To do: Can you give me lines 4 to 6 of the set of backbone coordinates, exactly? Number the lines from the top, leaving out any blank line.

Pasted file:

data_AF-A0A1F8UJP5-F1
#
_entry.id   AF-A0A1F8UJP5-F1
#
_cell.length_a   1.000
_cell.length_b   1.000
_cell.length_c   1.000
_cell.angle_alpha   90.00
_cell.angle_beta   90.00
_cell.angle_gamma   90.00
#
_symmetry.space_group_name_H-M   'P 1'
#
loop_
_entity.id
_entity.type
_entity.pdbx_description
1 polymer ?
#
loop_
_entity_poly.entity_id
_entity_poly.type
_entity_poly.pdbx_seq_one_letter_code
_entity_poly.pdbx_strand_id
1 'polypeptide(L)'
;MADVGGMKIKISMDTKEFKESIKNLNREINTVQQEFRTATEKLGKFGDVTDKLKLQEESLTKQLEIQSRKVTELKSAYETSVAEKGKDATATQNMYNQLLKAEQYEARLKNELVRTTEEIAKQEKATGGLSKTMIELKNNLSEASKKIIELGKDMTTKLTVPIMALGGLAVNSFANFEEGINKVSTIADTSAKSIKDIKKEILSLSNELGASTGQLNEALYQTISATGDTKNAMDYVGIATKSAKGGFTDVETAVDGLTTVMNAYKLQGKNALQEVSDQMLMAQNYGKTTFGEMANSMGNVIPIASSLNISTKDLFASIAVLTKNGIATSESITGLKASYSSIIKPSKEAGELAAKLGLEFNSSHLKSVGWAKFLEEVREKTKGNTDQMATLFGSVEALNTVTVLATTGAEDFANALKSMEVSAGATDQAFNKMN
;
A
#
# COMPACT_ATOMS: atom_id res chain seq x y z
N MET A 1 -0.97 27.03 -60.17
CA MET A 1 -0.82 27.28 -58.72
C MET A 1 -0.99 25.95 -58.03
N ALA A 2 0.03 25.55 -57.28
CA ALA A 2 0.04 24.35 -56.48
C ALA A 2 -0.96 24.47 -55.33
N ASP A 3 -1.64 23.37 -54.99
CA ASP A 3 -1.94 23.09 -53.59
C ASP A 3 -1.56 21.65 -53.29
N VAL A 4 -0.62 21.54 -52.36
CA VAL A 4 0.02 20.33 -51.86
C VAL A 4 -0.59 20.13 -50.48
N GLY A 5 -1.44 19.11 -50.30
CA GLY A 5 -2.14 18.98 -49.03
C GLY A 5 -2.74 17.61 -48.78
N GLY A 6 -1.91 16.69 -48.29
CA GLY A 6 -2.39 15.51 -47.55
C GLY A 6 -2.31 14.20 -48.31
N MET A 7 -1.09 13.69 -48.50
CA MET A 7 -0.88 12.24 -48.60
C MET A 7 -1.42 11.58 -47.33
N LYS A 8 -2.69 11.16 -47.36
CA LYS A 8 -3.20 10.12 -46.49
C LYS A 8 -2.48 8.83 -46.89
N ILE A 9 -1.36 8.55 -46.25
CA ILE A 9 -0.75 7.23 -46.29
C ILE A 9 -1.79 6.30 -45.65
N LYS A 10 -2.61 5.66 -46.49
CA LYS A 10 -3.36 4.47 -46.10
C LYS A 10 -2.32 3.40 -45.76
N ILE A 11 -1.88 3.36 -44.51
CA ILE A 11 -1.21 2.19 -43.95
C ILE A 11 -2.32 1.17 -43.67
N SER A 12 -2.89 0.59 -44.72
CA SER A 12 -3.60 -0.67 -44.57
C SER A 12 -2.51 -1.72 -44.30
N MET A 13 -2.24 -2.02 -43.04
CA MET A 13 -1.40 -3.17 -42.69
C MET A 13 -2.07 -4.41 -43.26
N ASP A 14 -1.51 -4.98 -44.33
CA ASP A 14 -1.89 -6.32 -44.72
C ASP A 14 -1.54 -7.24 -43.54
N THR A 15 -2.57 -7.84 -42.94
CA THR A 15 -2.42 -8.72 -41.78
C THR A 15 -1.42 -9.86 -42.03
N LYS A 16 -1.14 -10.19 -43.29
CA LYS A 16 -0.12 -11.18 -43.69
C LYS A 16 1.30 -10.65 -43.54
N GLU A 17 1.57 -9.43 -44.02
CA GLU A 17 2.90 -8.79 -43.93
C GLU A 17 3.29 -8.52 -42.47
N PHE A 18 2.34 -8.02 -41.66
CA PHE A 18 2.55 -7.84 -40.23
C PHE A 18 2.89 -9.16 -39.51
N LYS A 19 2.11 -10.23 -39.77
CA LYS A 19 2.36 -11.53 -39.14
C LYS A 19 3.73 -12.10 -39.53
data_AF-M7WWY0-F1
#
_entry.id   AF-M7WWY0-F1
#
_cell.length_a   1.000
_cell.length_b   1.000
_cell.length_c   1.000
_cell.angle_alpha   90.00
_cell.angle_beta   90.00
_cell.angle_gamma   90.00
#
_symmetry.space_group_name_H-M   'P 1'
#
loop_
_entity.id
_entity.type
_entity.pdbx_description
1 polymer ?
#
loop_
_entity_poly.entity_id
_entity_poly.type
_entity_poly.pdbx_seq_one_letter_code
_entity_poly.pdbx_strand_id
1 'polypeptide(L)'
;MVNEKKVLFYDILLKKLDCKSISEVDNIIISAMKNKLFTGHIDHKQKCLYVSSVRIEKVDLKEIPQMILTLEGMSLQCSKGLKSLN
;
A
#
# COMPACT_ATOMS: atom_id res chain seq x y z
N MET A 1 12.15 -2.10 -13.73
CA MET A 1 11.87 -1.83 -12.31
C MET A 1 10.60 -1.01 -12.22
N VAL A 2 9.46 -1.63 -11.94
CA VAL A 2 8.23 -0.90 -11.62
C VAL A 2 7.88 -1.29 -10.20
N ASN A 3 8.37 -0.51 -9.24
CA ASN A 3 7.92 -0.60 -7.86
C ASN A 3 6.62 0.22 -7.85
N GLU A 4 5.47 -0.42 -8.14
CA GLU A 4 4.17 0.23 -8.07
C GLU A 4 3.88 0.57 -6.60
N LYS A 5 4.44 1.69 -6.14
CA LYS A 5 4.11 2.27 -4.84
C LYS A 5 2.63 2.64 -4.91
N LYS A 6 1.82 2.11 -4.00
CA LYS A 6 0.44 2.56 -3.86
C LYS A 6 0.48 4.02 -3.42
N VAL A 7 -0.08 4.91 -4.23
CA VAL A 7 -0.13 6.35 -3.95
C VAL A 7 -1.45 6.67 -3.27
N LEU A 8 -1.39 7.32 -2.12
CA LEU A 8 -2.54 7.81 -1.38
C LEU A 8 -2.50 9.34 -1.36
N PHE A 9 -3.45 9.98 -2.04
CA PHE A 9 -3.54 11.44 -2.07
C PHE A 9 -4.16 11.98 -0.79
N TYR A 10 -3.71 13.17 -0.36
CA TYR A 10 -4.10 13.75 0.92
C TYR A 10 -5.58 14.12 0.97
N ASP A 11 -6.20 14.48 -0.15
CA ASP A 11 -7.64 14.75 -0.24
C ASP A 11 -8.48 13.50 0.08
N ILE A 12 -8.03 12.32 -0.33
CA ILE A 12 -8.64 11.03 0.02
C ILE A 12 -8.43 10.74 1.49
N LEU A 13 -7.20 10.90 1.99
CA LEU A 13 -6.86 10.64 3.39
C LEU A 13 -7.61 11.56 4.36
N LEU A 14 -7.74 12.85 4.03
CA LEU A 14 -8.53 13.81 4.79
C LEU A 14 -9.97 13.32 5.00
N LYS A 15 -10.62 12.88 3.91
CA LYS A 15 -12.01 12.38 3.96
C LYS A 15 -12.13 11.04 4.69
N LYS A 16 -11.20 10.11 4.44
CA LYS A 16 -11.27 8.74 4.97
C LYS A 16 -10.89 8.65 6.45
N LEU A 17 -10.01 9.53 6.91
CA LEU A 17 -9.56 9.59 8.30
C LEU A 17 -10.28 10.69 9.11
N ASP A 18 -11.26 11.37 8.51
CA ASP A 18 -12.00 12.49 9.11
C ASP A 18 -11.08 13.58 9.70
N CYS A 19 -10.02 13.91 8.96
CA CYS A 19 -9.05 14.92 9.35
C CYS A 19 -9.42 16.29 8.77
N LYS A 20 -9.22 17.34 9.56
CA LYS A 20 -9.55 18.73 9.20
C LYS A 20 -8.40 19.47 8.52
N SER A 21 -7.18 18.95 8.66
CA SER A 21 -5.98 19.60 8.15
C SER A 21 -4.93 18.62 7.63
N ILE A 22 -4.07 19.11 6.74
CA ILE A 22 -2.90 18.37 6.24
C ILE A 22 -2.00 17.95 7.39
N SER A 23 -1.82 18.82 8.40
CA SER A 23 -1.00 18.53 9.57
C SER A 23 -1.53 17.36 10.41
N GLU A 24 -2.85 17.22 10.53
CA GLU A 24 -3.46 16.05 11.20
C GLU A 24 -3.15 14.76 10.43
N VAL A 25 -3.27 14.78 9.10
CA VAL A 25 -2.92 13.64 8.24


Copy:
#
_cell.length_a   1.000
_cell.length_b   1.000